The Dirge Of Gabriel said...

Hey

I just finished watching this film

Oh Dear

Firstly I forgot that it was going to be dubbed and I couldn't change it to spanish language Eng subs, and then I groaned at the cliched start of "this crate is heavy let's check to see what's inside of it" plot device, though my spirits rose when one the delivery men had his head cleaved with a hatchet!

I found the middle of the film quite interesting and I love Eurovamps and locales most of all, they are so creepy and malovelent compared to the american fare, it must be their slo-mo from the fog attacks! I was impressed that the female brides have a super-leap onto rooves similar to Mick St John from Moonlight too, but was a bit perturbed that didn't translate to arm strength when wrestling with victims, even when Dracula got into a bit of a tussle with his spawn.

Even in Night of the Werewolf Countess Bathory tossed around Waldemar like leaves on a windy day.

I love the way the Brides just dropped their victim when the farmer challenged them and preceded to open a can of whoop ass!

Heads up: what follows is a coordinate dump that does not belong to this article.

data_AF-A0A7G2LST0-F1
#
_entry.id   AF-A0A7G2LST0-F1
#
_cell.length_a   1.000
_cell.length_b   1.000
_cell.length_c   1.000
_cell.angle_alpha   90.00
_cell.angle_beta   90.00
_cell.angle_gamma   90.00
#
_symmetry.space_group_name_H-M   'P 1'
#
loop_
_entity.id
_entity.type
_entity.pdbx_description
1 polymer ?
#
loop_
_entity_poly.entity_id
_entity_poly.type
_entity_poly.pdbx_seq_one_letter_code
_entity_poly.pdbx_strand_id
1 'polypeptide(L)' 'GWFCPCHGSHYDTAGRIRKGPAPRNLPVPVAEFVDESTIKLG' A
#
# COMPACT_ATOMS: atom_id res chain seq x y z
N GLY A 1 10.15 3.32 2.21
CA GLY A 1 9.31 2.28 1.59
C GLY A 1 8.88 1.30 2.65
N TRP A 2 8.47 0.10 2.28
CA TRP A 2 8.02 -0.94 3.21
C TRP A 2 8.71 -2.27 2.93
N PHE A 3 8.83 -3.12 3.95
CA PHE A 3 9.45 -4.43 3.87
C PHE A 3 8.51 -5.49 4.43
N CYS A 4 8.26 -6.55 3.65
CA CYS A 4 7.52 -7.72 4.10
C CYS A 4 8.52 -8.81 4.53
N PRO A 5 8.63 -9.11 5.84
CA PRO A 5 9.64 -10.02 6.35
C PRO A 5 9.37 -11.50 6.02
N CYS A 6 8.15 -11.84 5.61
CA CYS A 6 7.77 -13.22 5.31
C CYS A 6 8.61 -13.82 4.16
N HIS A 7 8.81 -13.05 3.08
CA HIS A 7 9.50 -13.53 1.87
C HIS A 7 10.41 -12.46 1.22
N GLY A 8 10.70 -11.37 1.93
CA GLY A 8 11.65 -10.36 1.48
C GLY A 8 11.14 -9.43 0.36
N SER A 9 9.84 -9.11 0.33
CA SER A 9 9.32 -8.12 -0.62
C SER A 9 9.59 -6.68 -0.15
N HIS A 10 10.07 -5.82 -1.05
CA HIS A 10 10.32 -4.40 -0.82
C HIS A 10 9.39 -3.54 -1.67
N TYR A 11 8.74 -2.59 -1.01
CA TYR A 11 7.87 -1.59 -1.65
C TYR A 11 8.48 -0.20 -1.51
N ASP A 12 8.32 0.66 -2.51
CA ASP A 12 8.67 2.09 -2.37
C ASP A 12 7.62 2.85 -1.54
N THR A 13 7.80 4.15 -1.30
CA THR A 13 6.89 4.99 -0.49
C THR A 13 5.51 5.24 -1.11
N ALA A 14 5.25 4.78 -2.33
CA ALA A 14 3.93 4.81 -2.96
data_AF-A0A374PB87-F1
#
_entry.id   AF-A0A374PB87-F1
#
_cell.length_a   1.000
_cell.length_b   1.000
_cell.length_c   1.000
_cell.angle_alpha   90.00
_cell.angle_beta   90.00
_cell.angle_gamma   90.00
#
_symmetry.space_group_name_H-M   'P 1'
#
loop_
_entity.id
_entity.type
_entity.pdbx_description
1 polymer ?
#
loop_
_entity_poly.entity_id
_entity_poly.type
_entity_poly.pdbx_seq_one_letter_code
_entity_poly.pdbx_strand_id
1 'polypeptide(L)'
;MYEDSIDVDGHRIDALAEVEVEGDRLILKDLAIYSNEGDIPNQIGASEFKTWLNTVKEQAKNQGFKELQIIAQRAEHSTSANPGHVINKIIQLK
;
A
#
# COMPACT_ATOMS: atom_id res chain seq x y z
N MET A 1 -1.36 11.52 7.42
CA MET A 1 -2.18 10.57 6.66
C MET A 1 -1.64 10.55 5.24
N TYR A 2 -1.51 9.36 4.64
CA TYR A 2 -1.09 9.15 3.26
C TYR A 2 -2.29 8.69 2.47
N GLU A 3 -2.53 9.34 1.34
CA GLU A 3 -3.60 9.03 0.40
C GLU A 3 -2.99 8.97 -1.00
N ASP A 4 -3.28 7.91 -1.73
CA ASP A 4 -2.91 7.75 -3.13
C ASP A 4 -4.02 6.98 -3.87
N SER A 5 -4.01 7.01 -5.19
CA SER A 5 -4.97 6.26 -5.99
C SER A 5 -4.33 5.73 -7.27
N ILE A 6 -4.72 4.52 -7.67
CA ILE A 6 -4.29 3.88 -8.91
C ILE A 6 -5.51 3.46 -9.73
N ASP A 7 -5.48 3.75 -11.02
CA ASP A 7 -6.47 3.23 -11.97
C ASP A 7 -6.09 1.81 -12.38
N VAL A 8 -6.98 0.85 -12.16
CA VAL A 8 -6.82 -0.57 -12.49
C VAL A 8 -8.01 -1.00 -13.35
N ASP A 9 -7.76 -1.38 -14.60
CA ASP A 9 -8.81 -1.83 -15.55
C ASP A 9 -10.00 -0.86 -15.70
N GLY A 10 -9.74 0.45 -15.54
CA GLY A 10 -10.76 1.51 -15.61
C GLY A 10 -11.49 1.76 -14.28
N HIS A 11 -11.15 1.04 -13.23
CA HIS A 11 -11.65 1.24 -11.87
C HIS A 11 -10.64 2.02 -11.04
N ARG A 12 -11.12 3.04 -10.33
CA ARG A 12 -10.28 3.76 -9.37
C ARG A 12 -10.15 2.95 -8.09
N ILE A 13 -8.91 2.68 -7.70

Anyways, there was nothing in this I hadn't seen before. Dracula has to resurrect someone, true love would set him free etc, he hide his identity from his one true love - Naschy's character was almost the same as his Waldemar character in Night of the Werewolf when you think about it, the plot was almost similar.

But still I enjoyed the creepy female brides, similar to NOTW, you got to love those - I found Dracula to be a bit wanting, esp since he tossed his daughter in the canal like some trash even though that was his main quest to resurrect her at the start of the movie only to stake himself when his virgin beloved did not want to be turned, and for her to go "come back!"

WTF?